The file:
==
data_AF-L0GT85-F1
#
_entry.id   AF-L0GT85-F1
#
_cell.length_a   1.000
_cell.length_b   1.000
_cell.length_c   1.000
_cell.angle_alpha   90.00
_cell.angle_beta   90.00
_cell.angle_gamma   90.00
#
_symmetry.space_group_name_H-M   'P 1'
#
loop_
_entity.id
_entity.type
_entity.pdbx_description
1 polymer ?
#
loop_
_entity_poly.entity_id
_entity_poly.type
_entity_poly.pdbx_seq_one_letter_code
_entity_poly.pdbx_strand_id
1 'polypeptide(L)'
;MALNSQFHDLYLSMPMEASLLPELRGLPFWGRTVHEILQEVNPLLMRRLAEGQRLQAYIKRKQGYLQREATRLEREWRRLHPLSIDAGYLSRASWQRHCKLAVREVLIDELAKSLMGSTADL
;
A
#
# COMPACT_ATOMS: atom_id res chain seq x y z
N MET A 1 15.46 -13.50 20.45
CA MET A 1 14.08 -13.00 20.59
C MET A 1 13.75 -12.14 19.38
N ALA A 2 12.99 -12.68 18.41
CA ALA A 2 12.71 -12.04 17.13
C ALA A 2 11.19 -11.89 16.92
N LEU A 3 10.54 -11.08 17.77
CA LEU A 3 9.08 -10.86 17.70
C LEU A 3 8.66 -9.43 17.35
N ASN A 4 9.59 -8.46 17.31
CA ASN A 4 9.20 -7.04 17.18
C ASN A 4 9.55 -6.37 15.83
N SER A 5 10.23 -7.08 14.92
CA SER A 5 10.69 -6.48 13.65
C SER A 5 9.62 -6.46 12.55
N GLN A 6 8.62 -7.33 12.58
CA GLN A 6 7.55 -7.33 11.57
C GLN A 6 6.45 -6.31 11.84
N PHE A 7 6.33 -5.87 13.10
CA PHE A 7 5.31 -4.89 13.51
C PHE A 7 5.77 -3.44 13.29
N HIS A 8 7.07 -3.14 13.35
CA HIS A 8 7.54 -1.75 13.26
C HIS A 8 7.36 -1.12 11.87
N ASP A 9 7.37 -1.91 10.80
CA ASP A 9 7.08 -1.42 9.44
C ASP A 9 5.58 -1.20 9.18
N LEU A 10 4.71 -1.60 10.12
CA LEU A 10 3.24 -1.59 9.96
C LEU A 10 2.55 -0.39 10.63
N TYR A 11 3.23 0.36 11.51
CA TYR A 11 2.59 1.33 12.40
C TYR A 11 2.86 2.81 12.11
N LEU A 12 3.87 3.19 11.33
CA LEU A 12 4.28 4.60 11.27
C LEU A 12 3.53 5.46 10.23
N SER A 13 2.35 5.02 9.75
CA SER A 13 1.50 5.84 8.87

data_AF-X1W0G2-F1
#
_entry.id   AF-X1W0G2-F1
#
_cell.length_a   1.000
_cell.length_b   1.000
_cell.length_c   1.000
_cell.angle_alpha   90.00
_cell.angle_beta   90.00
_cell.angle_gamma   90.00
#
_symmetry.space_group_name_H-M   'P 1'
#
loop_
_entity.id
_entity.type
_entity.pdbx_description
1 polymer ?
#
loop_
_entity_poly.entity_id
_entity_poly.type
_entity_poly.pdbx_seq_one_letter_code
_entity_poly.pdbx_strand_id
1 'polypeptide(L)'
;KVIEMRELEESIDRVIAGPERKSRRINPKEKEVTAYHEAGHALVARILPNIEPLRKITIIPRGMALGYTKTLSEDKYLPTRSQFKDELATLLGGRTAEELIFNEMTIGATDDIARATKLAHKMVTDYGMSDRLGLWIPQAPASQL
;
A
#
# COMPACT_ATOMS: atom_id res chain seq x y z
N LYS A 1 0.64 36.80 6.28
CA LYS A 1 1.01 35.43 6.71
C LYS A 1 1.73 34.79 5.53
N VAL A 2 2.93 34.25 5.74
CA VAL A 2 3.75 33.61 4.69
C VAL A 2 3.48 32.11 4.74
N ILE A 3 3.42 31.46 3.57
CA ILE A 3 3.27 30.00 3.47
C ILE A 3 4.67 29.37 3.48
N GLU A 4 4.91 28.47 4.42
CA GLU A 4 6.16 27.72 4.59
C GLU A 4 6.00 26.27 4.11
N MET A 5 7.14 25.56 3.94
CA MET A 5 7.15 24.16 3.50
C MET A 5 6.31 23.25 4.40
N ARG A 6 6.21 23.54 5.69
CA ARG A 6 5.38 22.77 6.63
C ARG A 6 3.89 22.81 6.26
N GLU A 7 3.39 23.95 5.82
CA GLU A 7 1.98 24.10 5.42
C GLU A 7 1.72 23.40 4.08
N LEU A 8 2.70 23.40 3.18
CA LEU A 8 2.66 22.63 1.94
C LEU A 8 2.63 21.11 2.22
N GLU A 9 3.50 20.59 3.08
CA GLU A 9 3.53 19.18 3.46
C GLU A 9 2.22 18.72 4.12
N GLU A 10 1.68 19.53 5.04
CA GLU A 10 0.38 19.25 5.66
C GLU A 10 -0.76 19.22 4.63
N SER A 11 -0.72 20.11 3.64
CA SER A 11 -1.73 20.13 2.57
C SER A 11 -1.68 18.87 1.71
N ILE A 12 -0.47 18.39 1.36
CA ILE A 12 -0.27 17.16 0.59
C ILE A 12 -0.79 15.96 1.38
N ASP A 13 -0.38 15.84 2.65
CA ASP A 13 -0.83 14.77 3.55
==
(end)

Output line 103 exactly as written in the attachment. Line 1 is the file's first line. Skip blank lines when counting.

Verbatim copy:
CA VAL A 2 3.75 33.61 4.69